Quellenforschung du jour: The Daily Mail on a Hellenistic Wreath

From time to time I am asked why I link to the Daily Mail in my Explorator newsletter. As most folks are aware, the Daily Mail is a flashy, pop-culture-gossip-oriented  British newspaper which generally is looked askance upon by folks who are fans of serious journalism. Indeed, when it comes to news about archaeology and/or the ancient Greek and Roman worlds, almost without exception something found in the Daily Mail will be a rewrite culled from other sources, but lavishly illustrated with tons of photos and usually a sidebar or two with useful background information. It is a guilty pleasure of sorts to regularly read it (for which I blame Dorothy King for removing the ‘stigma’ (if that’s right word)), but I do link to it precisely for the photos and sidebars. For the most part, the rewrites add nothing of value other than a bit of hype and a headline which may or may not fit comfortably into a tweet — which results in numerous rewrites of the headline over the course of the week. Whatever the case, the point of this long-winded introduction is to emphasize that when it comes to ‘breaking’ a news story about the ancient world, the Daily Mail generally isn’t the one to do it and their coverage of anything of the sort usually only pops in my mailbox after the story has appeared elsewhere.

Screen Shot 2016-05-28 at 10.56.22 AMWith that in mind, it was a very curious thing last Thursday, when — while the waves of coverage about that purported Aristotle tomb find were flooding my box —  the Daily Mail seemed to be first off the mark with the story of a pensioner who had what was apparently a 2300 years bp Macedonian-style gold wreath in a box under his bed. I waited for the story to show up in a ‘more reputable’ source, but things didn’t unfold quite according to the established pattern. Indeed, it appears that all subsequent coverage was pretty much a rewrite of the Daily Mail (there’s one for you irony fans) … in order of appearance in my mailbox:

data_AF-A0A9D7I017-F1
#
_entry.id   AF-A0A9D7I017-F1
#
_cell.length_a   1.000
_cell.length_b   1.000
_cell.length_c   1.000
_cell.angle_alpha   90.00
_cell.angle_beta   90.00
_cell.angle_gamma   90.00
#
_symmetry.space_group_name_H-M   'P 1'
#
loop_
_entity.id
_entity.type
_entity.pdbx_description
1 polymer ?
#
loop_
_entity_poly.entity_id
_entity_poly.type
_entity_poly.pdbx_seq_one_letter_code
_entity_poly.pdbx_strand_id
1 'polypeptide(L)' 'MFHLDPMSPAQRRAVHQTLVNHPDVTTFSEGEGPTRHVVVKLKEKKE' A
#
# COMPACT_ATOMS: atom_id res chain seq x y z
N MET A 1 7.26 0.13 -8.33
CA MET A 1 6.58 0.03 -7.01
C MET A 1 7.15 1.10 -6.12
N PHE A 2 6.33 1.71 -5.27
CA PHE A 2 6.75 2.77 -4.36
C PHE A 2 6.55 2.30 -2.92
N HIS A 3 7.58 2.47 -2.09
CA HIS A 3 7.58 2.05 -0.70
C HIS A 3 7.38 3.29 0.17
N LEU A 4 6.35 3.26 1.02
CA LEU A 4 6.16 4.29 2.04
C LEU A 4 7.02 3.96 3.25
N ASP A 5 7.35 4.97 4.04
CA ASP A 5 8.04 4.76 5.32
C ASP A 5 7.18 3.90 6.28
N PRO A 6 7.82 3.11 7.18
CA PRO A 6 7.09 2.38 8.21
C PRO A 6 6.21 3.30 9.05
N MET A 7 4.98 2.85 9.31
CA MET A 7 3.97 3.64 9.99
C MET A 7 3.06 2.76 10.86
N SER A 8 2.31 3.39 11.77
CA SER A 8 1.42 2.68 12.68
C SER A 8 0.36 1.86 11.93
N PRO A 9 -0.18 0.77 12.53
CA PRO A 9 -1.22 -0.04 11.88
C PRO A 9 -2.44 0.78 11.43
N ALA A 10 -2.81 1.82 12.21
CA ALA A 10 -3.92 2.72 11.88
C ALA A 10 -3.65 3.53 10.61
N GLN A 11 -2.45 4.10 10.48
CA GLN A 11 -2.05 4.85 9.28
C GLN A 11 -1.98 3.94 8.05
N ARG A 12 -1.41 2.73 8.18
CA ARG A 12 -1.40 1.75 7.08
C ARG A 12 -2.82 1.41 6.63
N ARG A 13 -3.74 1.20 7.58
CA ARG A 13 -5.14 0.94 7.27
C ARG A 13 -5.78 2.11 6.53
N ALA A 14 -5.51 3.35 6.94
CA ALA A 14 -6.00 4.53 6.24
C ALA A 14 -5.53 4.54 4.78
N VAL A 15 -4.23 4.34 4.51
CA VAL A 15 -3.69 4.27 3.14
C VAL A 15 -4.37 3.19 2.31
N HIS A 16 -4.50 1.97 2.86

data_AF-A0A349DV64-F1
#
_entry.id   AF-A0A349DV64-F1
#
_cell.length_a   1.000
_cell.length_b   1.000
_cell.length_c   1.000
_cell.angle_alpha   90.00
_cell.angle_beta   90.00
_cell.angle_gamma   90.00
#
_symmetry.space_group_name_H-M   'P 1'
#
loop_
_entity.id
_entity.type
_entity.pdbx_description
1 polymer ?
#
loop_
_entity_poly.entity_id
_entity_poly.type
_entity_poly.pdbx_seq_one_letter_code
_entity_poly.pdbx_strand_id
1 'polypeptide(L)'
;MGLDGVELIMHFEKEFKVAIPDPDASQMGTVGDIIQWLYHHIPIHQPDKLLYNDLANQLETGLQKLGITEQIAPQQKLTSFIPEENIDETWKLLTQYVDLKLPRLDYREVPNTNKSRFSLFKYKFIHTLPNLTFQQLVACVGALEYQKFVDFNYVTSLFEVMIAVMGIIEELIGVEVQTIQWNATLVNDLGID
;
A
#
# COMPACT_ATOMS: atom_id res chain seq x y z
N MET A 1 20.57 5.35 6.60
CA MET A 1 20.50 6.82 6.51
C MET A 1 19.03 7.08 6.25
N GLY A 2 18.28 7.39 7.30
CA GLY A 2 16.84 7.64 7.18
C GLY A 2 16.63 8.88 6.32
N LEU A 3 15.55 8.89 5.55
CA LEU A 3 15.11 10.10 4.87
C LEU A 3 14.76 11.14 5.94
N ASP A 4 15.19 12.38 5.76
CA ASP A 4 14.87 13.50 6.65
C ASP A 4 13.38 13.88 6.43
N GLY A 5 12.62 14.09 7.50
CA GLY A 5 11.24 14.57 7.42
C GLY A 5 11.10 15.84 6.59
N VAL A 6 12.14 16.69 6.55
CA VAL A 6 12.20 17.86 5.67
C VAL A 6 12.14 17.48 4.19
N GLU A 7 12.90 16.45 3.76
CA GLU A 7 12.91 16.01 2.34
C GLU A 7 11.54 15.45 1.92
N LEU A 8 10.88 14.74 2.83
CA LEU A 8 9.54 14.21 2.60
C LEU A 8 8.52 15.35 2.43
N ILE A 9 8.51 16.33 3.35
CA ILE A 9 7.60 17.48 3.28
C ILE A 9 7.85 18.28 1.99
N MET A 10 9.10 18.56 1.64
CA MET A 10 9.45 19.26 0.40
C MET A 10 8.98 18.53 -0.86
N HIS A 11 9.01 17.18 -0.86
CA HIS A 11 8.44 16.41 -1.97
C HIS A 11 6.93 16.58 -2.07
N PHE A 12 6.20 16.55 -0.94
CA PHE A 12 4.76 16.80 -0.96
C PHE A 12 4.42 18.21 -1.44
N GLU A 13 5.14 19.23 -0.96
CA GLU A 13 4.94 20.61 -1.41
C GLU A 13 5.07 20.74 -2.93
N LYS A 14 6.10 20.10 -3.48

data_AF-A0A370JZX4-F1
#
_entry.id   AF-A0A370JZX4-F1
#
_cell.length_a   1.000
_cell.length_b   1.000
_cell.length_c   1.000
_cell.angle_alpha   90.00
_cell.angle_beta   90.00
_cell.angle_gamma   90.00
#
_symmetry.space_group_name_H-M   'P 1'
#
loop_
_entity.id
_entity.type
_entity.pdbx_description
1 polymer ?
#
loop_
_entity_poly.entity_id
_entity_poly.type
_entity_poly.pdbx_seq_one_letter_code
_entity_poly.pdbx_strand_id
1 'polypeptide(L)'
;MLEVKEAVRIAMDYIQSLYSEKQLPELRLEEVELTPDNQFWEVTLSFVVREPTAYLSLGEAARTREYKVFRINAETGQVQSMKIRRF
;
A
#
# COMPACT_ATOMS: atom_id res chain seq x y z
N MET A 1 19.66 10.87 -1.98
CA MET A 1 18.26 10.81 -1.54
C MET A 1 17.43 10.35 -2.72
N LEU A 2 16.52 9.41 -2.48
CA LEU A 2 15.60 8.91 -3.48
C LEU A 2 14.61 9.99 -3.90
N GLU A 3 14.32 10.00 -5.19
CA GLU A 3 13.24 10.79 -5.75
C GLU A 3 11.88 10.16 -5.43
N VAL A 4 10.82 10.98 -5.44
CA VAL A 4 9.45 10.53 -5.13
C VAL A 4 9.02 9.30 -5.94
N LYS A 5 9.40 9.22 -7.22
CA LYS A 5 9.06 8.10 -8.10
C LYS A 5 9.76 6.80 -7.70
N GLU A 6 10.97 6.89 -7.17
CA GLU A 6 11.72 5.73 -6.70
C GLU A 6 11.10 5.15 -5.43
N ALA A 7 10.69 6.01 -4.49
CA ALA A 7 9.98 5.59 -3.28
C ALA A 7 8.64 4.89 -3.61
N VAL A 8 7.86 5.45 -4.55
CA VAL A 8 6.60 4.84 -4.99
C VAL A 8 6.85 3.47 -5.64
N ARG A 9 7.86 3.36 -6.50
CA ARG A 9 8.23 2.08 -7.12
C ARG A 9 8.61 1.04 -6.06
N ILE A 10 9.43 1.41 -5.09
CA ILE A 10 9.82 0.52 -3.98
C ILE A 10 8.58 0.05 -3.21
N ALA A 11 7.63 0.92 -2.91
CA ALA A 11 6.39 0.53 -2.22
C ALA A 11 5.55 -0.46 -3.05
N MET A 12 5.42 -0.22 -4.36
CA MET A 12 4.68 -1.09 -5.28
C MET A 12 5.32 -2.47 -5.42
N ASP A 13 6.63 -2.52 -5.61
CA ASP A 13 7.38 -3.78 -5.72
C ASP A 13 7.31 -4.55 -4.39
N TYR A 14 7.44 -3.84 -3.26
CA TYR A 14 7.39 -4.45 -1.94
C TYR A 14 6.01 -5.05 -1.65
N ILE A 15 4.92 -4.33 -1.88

The Daily Mail includes a pile of photos from the Duke’s of Dorchester auction house (more on that later) and most of the subsequent coverage picks one or more of those photos up as well. Here are the salient points from the Daily Mail and its derivatives:

  • the pensioner from Somerset had the wreath in a box under his bed in Somerset (there’s a photo of the wreath in the box)
  • he had inherited the piece from his grandfather, who had apparently travelled extensively in Northern Greece in the 1940s and 1950s (Paul Barford rightly draws our attention to the ubiquity of the ‘dead grandfather’ in questionably-sourced antiquities claims)
  • Duke’s of Dorchester were called in to evaluate this (and other) items which were inherited
  • According to the Daily Mail, the pensioner was told the item dated to about 300 BCE and was valued at £100 000.
  • Here’s the important quote:

‘It is notoriously difficult to date gold wreaths of this type. Stylistically it belongs to a rarefied group of wreaths dateable to the Hellenistic period and the form may indicate that it was made in Northern Greece.

‘It is eight inches across and weighs about 100 grams. It’s pure gold and handmade, it would have been hammered out by a goldsmith.

  • the wreath is said to be similar to one auctioned in 2012 for almost £200 000 and will be coming to auction June 9.

For my part, outside of the vagueness attached to the collecting history, I was skeptical in general of the authenticity of the piece (and was muttering about it on twitter with @CarolineLawrenc and @kyrikmk.  Before I could look deeper into that, however, I came across the page at Duke’s for the auction. It was rather interesting how the story at the auction house was rather significantly different that what was in the Daily Mail and its derivatives: